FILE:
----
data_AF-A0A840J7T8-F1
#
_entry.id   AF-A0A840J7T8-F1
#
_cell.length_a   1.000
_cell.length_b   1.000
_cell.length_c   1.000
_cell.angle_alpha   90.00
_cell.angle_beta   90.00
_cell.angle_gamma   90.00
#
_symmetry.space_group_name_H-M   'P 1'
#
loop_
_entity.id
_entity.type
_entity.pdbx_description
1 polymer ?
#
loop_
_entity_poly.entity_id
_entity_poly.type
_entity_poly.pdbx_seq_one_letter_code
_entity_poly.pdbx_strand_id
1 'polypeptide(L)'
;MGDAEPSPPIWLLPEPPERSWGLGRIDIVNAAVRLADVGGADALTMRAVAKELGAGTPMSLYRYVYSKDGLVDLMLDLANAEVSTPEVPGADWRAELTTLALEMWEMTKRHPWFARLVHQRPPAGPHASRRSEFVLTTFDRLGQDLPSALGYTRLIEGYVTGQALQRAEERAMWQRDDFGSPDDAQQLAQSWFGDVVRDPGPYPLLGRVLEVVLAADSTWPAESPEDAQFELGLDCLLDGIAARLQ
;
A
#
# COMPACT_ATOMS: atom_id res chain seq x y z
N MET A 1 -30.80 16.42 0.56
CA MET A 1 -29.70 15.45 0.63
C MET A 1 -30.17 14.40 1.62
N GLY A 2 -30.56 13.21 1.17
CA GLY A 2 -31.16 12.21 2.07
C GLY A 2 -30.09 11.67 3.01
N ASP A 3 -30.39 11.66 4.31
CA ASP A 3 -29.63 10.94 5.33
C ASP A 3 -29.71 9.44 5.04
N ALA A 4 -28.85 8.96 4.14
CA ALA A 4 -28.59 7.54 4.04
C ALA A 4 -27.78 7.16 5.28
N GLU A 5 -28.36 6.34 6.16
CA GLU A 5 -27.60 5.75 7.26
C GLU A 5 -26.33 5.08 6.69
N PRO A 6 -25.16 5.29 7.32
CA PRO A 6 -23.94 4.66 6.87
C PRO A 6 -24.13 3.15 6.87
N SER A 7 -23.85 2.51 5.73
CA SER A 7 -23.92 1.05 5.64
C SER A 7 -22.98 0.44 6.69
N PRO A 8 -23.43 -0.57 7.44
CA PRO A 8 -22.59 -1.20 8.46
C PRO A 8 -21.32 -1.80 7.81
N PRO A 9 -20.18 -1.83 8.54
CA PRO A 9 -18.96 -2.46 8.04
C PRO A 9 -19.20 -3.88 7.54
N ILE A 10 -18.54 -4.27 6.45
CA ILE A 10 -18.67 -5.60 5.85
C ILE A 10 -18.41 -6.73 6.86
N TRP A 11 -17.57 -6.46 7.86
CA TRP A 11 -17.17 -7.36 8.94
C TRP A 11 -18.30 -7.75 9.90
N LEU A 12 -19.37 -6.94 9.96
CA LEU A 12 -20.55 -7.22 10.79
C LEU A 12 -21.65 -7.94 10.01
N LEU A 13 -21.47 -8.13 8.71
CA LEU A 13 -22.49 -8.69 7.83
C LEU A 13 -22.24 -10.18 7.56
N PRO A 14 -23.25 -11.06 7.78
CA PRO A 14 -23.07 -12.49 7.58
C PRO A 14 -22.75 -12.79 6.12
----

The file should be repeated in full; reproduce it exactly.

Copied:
data_AF-A0A840J7T8-F1
#
_entry.id   AF-A0A840J7T8-F1
#
_cell.length_a   1.000
_cell.length_b   1.000
_cell.length_c   1.000
_cell.angle_alpha   90.00
_cell.angle_beta   90.00
_cell.angle_gamma   90.00
#
_symmetry.space_group_name_H-M   'P 1'
#
loop_
_entity.id
_entity.type
_entity.pdbx_description
1 polymer ?
#
loop_
_entity_poly.entity_id
_entity_poly.type
_entity_poly.pdbx_seq_one_letter_code
_entity_poly.pdbx_strand_id
1 'polypeptide(L)'
;MGDAEPSPPIWLLPEPPERSWGLGRIDIVNAAVRLADVGGADALTMRAVAKELGAGTPMSLYRYVYSKDGLVDLMLDLANAEVSTPEVPGADWRAELTTLALEMWEMTKRHPWFARLVHQRPPAGPHASRRSEFVLTTFDRLGQDLPSALGYTRLIEGYVTGQALQRAEERAMWQRDDFGSPDDAQQLAQSWFGDVVRDPGPYPLLGRVLEVVLAADSTWPAESPEDAQFELGLDCLLDGIAARLQ
;
A
#
# COMPACT_ATOMS: atom_id res chain seq x y z
N MET A 1 -30.80 16.42 0.56
CA MET A 1 -29.70 15.45 0.63
C MET A 1 -30.17 14.40 1.62
N GLY A 2 -30.56 13.21 1.17
CA GLY A 2 -31.16 12.21 2.07
C GLY A 2 -30.09 11.67 3.01
N ASP A 3 -30.39 11.66 4.31
CA ASP A 3 -29.63 10.94 5.33
C ASP A 3 -29.71 9.44 5.04
N ALA A 4 -28.85 8.96 4.14
CA ALA A 4 -28.59 7.54 4.04
C ALA A 4 -27.78 7.16 5.28
N GLU A 5 -28.36 6.34 6.16
CA GLU A 5 -27.60 5.75 7.26
C GLU A 5 -26.33 5.08 6.69
N PRO A 6 -25.16 5.29 7.32
CA PRO A 6 -23.94 4.66 6.87
C PRO A 6 -24.13 3.15 6.87
N SER A 7 -23.85 2.51 5.73
CA SER A 7 -23.92 1.05 5.64
C SER A 7 -22.98 0.44 6.69
N PRO A 8 -23.43 -0.57 7.44
CA PRO A 8 -22.59 -1.20 8.46
C PRO A 8 -21.32 -1.80 7.81
N PRO A 9 -20.18 -1.83 8.54
CA PRO A 9 -18.96 -2.46 8.04
C PRO A 9 -19.20 -3.88 7.54
N ILE A 10 -18.54 -4.27 6.45
CA ILE A 10 -18.67 -5.60 5.85
C ILE A 10 -18.41 -6.73 6.86
N TRP A 11 -17.57 -6.46 7.86
CA TRP A 11 -17.17 -7.36 8.94
C TRP A 11 -18.30 -7.75 9.90
N LEU A 12 -19.37 -6.94 9.96
CA LEU A 12 -20.55 -7.22 10.79
C LEU A 12 -21.65 -7.94 10.01
N LEU A 13 -21.47 -8.13 8.71
CA LEU A 13 -22.49 -8.69 7.83
C LEU A 13 -22.24 -10.18 7.56
N PRO A 14 -23.25 -11.06 7.78
CA PRO A 14 -23.07 -12.49 7.58
C PRO A 14 -22.75 -12.79 6.12